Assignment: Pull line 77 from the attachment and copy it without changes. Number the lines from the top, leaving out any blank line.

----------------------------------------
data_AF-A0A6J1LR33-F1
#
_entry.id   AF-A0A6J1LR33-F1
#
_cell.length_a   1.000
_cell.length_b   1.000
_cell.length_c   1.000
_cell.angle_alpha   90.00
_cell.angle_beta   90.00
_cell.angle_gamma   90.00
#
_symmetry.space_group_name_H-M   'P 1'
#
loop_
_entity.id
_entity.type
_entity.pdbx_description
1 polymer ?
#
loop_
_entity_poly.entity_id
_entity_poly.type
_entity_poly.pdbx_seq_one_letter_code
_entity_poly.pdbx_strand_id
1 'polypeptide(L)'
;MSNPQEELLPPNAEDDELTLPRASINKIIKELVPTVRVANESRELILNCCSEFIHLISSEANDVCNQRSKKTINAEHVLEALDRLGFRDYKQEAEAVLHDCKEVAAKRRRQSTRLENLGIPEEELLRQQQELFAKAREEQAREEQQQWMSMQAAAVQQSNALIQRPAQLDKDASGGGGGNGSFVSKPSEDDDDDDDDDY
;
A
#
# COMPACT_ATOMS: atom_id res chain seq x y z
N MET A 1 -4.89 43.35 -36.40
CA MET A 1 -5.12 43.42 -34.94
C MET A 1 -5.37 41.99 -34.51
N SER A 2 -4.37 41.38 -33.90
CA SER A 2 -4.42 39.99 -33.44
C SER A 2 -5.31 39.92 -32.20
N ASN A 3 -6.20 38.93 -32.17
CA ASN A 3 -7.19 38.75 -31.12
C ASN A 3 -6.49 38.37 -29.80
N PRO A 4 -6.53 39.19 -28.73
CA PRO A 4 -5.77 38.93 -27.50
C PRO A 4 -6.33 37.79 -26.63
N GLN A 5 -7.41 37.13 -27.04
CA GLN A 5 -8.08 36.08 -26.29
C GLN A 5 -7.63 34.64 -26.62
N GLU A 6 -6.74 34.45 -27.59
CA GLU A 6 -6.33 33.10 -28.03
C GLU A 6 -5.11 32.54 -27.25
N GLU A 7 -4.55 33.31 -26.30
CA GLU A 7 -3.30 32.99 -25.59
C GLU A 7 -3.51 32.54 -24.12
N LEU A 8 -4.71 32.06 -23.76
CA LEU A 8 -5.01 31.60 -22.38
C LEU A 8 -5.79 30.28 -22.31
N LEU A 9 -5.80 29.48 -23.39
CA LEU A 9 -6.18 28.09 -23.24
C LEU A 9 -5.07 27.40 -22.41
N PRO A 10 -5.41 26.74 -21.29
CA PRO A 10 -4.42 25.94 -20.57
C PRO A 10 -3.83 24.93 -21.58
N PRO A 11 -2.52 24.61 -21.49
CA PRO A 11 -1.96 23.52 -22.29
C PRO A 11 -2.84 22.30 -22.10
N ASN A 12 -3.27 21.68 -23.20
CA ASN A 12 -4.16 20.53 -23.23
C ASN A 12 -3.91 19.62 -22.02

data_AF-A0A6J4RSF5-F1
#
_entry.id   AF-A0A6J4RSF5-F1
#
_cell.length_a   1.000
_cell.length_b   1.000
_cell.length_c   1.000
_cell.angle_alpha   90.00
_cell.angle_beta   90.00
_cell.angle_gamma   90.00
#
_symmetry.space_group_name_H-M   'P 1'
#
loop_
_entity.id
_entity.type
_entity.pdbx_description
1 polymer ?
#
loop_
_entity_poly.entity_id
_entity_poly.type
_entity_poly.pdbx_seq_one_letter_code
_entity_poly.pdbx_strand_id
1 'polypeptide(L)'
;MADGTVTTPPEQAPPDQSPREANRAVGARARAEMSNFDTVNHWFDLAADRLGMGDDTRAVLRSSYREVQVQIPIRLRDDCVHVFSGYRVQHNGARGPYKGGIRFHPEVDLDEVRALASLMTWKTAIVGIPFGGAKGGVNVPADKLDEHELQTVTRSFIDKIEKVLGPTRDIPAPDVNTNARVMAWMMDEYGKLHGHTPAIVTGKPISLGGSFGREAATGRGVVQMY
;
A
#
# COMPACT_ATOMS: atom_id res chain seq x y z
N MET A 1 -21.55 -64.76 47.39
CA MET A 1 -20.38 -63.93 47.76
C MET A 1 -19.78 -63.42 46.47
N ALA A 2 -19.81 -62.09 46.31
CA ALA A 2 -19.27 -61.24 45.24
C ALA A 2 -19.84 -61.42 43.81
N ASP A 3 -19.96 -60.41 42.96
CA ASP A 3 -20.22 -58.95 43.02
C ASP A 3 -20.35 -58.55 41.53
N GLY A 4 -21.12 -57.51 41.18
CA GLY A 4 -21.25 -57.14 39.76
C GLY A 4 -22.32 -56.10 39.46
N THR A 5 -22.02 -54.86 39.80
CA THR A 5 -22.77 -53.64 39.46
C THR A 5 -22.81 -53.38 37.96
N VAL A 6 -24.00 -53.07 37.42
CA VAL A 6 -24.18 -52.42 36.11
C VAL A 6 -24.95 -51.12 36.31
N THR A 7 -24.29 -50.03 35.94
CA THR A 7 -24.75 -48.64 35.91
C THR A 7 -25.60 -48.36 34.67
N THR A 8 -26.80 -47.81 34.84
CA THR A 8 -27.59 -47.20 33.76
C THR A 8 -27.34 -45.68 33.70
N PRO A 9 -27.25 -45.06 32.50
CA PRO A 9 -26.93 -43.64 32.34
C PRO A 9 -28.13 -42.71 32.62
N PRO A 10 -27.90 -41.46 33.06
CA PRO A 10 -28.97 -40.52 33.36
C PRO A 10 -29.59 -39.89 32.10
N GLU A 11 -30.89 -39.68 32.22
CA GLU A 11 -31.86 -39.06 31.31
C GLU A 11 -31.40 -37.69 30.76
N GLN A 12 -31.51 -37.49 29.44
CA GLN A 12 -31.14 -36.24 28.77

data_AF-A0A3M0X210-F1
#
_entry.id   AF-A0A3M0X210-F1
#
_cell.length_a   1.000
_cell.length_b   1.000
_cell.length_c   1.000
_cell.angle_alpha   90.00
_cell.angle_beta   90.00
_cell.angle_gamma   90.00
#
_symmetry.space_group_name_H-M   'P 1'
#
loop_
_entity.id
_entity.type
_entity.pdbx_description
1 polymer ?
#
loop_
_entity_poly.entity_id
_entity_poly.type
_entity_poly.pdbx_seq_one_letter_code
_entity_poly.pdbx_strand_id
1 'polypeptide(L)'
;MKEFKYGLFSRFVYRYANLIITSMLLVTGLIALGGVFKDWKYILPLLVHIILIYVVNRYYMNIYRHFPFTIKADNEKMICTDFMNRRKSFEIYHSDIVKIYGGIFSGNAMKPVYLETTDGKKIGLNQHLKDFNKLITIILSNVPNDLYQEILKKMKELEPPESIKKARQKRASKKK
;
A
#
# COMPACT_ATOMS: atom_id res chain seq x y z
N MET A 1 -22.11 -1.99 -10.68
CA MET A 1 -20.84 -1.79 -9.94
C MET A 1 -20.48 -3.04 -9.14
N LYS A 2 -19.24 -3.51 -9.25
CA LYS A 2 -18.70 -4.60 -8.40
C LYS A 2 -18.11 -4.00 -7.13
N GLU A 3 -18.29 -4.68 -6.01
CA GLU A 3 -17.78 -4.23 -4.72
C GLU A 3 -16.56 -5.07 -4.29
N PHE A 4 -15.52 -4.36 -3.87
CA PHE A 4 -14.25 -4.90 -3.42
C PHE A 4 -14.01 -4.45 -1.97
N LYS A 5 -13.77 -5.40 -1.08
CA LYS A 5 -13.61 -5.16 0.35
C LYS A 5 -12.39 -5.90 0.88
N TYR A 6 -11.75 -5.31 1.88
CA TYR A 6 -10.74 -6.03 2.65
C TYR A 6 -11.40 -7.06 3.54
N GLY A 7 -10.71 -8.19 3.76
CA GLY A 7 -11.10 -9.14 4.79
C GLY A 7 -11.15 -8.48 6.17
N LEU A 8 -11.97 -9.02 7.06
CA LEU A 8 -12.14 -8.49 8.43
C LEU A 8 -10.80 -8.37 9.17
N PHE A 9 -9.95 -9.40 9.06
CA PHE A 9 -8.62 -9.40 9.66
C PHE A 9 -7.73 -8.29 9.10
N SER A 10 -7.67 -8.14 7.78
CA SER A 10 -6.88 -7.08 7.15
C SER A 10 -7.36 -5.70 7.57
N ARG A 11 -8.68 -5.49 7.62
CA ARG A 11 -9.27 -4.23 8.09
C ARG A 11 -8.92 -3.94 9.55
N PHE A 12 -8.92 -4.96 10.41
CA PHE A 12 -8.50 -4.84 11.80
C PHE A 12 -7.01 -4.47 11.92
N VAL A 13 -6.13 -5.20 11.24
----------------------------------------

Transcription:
#